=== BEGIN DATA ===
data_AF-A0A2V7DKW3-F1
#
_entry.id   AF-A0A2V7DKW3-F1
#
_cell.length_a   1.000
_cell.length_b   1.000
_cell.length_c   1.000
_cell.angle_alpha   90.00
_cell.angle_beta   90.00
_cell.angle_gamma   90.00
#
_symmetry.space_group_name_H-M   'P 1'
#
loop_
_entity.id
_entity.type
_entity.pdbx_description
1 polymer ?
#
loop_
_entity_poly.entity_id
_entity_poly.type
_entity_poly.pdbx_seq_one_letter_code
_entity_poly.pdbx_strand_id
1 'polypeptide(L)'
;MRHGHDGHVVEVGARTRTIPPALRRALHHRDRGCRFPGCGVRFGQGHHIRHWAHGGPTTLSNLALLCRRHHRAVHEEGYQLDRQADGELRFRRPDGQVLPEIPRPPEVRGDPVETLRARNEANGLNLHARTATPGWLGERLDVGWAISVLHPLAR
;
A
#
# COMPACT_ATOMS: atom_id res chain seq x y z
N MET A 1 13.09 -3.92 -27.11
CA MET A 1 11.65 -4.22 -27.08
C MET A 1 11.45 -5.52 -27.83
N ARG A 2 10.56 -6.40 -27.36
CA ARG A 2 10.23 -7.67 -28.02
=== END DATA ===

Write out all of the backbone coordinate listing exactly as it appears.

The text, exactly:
data_AF-A0A2V7DKW3-F1
#
_entry.id   AF-A0A2V7DKW3-F1
#
_cell.length_a   1.000
_cell.length_b   1.000
_cell.length_c   1.000
_cell.angle_alpha   90.00
_cell.angle_beta   90.00
_cell.angle_gamma   90.00
#
_symmetry.space_group_name_H-M   'P 1'
#
loop_
_entity.id
_entity.type
_entity.pdbx_description
1 polymer ?
#
loop_
_entity_poly.entity_id
_entity_poly.type
_entity_poly.pdbx_seq_one_letter_code
_entity_poly.pdbx_strand_id
1 'polypeptide(L)'
;MRHGHDGHVVEVGARTRTIPPALRRALHHRDRGCRFPGCGVRFGQGHHIRHWAHGGPTTLSNLALLCRRHHRAVHEEGYQLDRQADGELRFRRPDGQVLPEIPRPPEVRGDPVETLRARNEANGLNLHARTATPGWLGERLDVGWAISVLHPLAR
;
A
#
# COMPACT_ATOMS: atom_id res chain seq x y z
N MET A 1 13.09 -3.92 -27.11
CA MET A 1 11.65 -4.22 -27.08
C MET A 1 11.45 -5.52 -27.83
N ARG A 2 10.56 -6.40 -27.36
CA ARG A 2 10.23 -7.67 -28.02